The Floyd Country Store

A Store with History

Friday Night Jamboree in the Cockram’s Store days.

The Floyd Country Store has served the community of Floyd through most of the twentieth century. Although its origins are veiled in obscurity, it is known that in June 1910 a business called Farmer’s Supply opened their doors in the building and the store has remained open ever since. In the 1920s, early recording star Charlie Poole would busk on the street corner in front of the Floyd Hotel with Franklin County fiddler Posey Rorer and guitarist Norman Woodlief of Spray, NC. 

Often playing music well into the small hours, Poole would spend the daytime sleeping upstairs in what is now the Floyd Country Store after playing for late night dances in the same store. While in the area, he would play his banjo at local school houses for fundraisers and for old time dances in private homes. Charlie Poole’s visits to the area and his unique repertoire inspired many local musicians and helped to establish Floyd as a regional center of old time music – a reputation that is still celebrated at the Floyd Country Store today.

The store itself has had many names and many proprietors over the years – and took on a new role in the early 1980s, when it was known as Cockram’s General Store. Two of the store’s former owners were in a local bluegrass band that gathered at the store most every Friday night for a practice session. People passing by would knock on the doors, asking to be let inside so they could better hear the music. Pretty soon, the band got tired of being interrupted every few minutes to let someone else in the store so they decided to leave the doors open. As the crowds grew, other musicians came to join the fun and the rest, as they say, is history – the Friday Night Jamboree was born.

The Floyd Country Store is now acknowledged far and wide as a haven for traditional musicians and dancers – and continues to be a community gathering spot, hosting a variety of music events, films, parties, classes, presentations, and plenty of informal gatherings of friends. It’s a place where everyone is welcome!

The Locals’ Music

Floyd County, Virginia has maintained a tradition of music and dancing that has its roots in the culture of the Scots-Irish and German settlers who moved into the Blue Ridge Mountains in the mid-1700s and in the culture of enslaved people of African and Afro-Caribbean descent and English farmers, traders, and entrepreneurs who migrated up the rivers from the coast. Dr. Samuel Johnson, writing about the immigrants from the British Isles in the 1700s, described them as a population who “changed nothing but their adobe.” 

The culture that these immigrants brought with them included a love of music, dancing and storytelling. In his book, Irish Life in the 17th Century, the writer Edward McLysaght said of the Irish: “love of music, dancing and storytelling was common to all the classes” and he singled out dancing as “the chief — if not the only — relaxation of the poorer classes.”  With extremely limited education and little or no hard currency, the settlers had to provide their own entertainment – which was often homemade music played in many cases on homemade instruments.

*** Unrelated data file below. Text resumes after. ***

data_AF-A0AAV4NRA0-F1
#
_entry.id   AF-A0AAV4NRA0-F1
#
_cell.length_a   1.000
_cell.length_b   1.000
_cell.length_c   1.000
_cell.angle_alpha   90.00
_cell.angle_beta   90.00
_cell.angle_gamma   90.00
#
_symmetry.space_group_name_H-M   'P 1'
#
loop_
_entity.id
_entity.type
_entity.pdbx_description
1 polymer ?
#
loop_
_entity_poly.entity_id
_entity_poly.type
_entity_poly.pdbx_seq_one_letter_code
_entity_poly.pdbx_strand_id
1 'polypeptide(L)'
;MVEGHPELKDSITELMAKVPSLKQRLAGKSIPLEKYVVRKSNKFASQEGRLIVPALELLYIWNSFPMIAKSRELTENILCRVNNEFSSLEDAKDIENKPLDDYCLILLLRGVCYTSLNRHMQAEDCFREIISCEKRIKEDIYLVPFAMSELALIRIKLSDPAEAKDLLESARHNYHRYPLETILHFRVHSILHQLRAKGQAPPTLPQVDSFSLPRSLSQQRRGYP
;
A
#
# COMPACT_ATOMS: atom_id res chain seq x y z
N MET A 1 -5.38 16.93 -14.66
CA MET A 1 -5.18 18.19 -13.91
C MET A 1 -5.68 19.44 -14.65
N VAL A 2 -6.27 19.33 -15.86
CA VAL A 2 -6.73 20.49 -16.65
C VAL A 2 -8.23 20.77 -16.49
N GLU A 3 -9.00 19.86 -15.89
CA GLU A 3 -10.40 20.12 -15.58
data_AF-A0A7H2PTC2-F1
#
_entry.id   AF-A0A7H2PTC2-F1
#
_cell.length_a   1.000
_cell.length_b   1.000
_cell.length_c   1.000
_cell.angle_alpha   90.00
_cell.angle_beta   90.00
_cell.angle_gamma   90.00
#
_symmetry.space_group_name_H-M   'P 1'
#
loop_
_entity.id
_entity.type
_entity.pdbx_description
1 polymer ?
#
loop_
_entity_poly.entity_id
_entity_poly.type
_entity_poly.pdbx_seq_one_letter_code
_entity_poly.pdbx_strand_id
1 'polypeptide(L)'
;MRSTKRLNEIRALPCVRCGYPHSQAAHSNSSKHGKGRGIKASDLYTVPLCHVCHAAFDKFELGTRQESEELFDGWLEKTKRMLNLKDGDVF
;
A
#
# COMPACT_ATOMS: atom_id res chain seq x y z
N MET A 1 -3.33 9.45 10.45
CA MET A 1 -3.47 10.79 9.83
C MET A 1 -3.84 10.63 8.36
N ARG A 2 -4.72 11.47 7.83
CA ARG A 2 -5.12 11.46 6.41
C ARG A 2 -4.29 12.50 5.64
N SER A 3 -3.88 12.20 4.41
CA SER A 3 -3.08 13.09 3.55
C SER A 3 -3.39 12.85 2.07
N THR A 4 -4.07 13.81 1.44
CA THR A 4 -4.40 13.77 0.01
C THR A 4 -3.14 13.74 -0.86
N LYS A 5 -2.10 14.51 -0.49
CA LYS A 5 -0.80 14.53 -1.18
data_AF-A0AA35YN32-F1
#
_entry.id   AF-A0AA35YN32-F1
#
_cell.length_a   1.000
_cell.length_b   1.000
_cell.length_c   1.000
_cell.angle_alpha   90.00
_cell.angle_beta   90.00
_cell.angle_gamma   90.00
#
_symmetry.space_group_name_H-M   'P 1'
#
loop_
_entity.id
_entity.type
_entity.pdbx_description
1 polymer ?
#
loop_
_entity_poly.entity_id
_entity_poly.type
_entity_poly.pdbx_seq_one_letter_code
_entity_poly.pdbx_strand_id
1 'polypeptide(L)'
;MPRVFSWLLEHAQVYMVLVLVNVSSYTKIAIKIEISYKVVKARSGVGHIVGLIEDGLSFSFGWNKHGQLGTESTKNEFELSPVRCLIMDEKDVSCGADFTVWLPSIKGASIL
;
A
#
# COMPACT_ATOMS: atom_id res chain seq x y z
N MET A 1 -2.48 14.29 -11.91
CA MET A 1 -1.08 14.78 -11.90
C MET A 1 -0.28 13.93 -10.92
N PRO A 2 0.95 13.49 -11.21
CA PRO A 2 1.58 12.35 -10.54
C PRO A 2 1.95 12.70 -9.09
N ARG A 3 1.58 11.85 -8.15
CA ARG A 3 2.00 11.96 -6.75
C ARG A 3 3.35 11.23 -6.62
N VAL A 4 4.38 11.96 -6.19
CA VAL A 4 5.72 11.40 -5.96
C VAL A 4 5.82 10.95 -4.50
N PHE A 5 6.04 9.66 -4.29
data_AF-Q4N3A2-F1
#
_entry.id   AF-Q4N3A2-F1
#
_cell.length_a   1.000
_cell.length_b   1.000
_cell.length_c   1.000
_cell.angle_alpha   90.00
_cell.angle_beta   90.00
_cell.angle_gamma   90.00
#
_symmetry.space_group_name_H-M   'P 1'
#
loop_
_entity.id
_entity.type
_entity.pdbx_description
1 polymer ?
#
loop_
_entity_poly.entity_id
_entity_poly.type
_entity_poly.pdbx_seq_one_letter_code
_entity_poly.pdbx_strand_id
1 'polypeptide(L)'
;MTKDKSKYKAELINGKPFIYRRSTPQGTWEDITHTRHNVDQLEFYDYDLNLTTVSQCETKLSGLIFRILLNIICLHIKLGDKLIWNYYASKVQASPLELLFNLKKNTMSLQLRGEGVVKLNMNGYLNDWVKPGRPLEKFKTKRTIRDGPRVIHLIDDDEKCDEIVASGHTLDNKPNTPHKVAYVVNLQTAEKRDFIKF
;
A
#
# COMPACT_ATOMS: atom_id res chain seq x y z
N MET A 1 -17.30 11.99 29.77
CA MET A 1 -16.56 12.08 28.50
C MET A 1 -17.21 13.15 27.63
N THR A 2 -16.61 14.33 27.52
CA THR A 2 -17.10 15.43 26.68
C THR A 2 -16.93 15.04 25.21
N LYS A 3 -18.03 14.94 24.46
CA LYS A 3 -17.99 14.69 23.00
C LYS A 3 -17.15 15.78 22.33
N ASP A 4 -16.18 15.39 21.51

The Scots-Irish and Afro-Carribean traditions of making music, storytelling and dancing still survive at places such as the Floyd Country Store, where crowds gather on Friday nights to dance and play music together. A number of the tunes that are still commonly played for dances at the store, including “Wild Horse”, “Billy in the Lowground”, “Soldier’s Joy”, and “Hop Light Ladies”, would have originated in the Scots-Irish culture of the British Isles — while tunes such as “Old Reuben,” “Shortening Bread,” “Roustabout” and the driving rhythm of clawhammer banjo, appear to have deep roots in Afro-Caribean and African-American culture.

Many local churches have strong musical ministries and the gospel music which has been heard for generations is still alive. You can hear some of these gospel musicians at The Floyd Country Store, or out on the street on a warm Friday evening. Elder Golden P. Harris of Indian Valley was the first Floyd County native and resident to commercially record old time gospel music on phonograph records beginning in 1931. He briefly had his own mail order record company for gospel music located in Indian Valley in 1933. Harris featured the old time sacred numbers that had been handed down by his ancestors who had settled in the region. Of course, Floyd County was a part of the fertile-crescent of old time music that came to be commercially recorded in the 1920s and early 1930’s. But the Great Depression crippled the market for old time recordings and though local musicians continued to play for contests and dances, the period of recording local artists commercially was mostly over —for the moment…

Today, some of the finest old-time musicians around turn up on stage at the store, enjoying the energy and enthusiasm of an audience that truly appreciates traditional music.  Families still encourage youngsters to pick up an instrument, and Floyd has many fine teachers of music in the local style. With the advent of The Crooked Road – Virginia’s Heritage Music Trail, locals have renewed their pride in the skills that have been kept alive over the years in the living rooms and back porches of Floyd County. As for dancing, that goes right along with the music! Clogging and flat footing are passed along from mother to daughter, and grandfather to grandson. These styles of dancing are full of energy and often form part of the percussion for the music of a good dance band. In 1674 Richard Head wrote of Sundays in Ireland where “… In every field a fiddle and the lasses footing it until they are all of a foam.” That could be said of the Floyd Country Store on a Friday night!

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